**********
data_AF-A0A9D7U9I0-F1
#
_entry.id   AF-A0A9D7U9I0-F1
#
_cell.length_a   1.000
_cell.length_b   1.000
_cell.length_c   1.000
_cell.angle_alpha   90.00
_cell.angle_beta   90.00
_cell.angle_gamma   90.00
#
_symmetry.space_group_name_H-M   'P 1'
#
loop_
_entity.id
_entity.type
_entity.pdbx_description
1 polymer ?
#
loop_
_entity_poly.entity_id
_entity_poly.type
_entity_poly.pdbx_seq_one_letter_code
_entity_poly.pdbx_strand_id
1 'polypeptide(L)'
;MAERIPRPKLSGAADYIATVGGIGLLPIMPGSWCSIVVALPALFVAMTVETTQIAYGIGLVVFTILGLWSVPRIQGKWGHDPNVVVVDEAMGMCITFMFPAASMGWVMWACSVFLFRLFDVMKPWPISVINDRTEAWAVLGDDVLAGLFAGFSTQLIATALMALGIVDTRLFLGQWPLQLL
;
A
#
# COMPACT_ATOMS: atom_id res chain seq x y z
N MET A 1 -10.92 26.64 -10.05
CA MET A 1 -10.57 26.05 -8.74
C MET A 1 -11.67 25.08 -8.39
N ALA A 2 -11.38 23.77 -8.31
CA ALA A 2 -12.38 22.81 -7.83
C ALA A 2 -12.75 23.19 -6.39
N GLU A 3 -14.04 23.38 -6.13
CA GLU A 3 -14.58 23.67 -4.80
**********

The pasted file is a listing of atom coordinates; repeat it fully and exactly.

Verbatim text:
data_AF-A0A9D7U9I0-F1
#
_entry.id   AF-A0A9D7U9I0-F1
#
_cell.length_a   1.000
_cell.length_b   1.000
_cell.length_c   1.000
_cell.angle_alpha   90.00
_cell.angle_beta   90.00
_cell.angle_gamma   90.00
#
_symmetry.space_group_name_H-M   'P 1'
#
loop_
_entity.id
_entity.type
_entity.pdbx_description
1 polymer ?
#
loop_
_entity_poly.entity_id
_entity_poly.type
_entity_poly.pdbx_seq_one_letter_code
_entity_poly.pdbx_strand_id
1 'polypeptide(L)'
;MAERIPRPKLSGAADYIATVGGIGLLPIMPGSWCSIVVALPALFVAMTVETTQIAYGIGLVVFTILGLWSVPRIQGKWGHDPNVVVVDEAMGMCITFMFPAASMGWVMWACSVFLFRLFDVMKPWPISVINDRTEAWAVLGDDVLAGLFAGFSTQLIATALMALGIVDTRLFLGQWPLQLL
;
A
#
# COMPACT_ATOMS: atom_id res chain seq x y z
N MET A 1 -10.92 26.64 -10.05
CA MET A 1 -10.57 26.05 -8.74
C MET A 1 -11.67 25.08 -8.39
N ALA A 2 -11.38 23.77 -8.31
CA ALA A 2 -12.38 22.81 -7.83
C ALA A 2 -12.75 23.19 -6.39
N GLU A 3 -14.04 23.38 -6.13
CA GLU A 3 -14.58 23.67 -4.80